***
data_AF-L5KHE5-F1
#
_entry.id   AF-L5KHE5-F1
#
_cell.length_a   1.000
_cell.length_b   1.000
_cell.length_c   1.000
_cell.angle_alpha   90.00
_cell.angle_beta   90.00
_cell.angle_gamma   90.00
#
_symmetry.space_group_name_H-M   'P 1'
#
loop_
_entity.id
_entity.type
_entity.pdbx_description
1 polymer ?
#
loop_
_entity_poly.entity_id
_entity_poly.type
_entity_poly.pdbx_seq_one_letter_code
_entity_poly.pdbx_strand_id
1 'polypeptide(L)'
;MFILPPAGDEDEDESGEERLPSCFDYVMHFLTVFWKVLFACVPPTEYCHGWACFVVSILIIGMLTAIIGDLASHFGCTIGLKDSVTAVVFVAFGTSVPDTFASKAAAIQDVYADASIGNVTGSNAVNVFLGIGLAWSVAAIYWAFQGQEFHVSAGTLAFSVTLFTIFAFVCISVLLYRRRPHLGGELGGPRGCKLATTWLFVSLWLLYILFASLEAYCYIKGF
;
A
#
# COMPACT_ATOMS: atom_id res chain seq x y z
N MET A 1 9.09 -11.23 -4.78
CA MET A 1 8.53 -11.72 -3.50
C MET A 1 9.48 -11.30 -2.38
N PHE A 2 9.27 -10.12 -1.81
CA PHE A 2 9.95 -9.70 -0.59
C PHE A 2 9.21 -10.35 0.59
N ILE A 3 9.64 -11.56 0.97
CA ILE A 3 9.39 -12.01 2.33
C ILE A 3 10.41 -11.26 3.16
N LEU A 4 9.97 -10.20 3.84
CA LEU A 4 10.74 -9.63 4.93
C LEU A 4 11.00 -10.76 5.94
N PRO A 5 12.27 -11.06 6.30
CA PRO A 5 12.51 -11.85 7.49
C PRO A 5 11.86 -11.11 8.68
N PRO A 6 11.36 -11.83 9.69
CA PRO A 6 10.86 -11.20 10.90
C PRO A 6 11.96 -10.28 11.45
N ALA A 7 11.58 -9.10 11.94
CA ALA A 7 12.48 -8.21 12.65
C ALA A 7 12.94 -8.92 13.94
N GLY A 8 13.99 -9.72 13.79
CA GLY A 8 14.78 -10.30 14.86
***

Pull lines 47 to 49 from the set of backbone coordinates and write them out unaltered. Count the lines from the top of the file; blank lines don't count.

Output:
CA PRO A 6 10.86 -11.20 10.90
C PRO A 6 11.96 -10.28 11.45
N ALA A 7 11.58 -9.10 11.94